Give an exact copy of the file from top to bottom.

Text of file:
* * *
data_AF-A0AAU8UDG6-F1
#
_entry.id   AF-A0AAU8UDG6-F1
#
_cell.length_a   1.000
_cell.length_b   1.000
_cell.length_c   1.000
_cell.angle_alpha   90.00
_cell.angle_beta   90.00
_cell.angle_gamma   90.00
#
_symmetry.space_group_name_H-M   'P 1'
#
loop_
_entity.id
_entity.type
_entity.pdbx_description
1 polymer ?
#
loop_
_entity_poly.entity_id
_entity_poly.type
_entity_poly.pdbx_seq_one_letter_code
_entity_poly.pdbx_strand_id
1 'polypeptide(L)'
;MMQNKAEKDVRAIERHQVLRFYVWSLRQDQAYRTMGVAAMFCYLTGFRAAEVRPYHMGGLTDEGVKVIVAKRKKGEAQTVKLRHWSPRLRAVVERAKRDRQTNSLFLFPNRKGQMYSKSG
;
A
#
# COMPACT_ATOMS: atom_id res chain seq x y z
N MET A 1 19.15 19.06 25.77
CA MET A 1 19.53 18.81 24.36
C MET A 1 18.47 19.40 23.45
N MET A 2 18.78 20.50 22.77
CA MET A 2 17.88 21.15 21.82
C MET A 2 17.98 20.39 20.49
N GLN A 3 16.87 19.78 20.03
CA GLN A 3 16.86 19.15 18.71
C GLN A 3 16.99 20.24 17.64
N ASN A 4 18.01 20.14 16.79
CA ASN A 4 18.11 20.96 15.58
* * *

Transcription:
data_AF-A0AAU8UDG6-F1
#
_entry.id   AF-A0AAU8UDG6-F1
#
_cell.length_a   1.000
_cell.length_b   1.000
_cell.length_c   1.000
_cell.angle_alpha   90.00
_cell.angle_beta   90.00
_cell.angle_gamma   90.00
#
_symmetry.space_group_name_H-M   'P 1'
#
loop_
_entity.id
_entity.type
_entity.pdbx_description
1 polymer ?
#
loop_
_entity_poly.entity_id
_entity_poly.type
_entity_poly.pdbx_seq_one_letter_code
_entity_poly.pdbx_strand_id
1 'polypeptide(L)'
;MMQNKAEKDVRAIERHQVLRFYVWSLRQDQAYRTMGVAAMFCYLTGFRAAEVRPYHMGGLTDEGVKVIVAKRKKGEAQTVKLRHWSPRLRAVVERAKRDRQTNSLFLFPNRKGQMYSKSG
;
A
#
# COMPACT_ATOMS: atom_id res chain seq x y z
N MET A 1 19.15 19.06 25.77
CA MET A 1 19.53 18.81 24.36
C MET A 1 18.47 19.40 23.45
N MET A 2 18.78 20.50 22.77
CA MET A 2 17.88 21.15 21.82
C MET A 2 17.98 20.39 20.49
N GLN A 3 16.87 19.78 20.03
CA GLN A 3 16.86 19.15 18.71
C GLN A 3 16.99 20.24 17.64
N ASN A 4 18.01 20.14 16.79
CA ASN A 4 18.11 20.96 15.58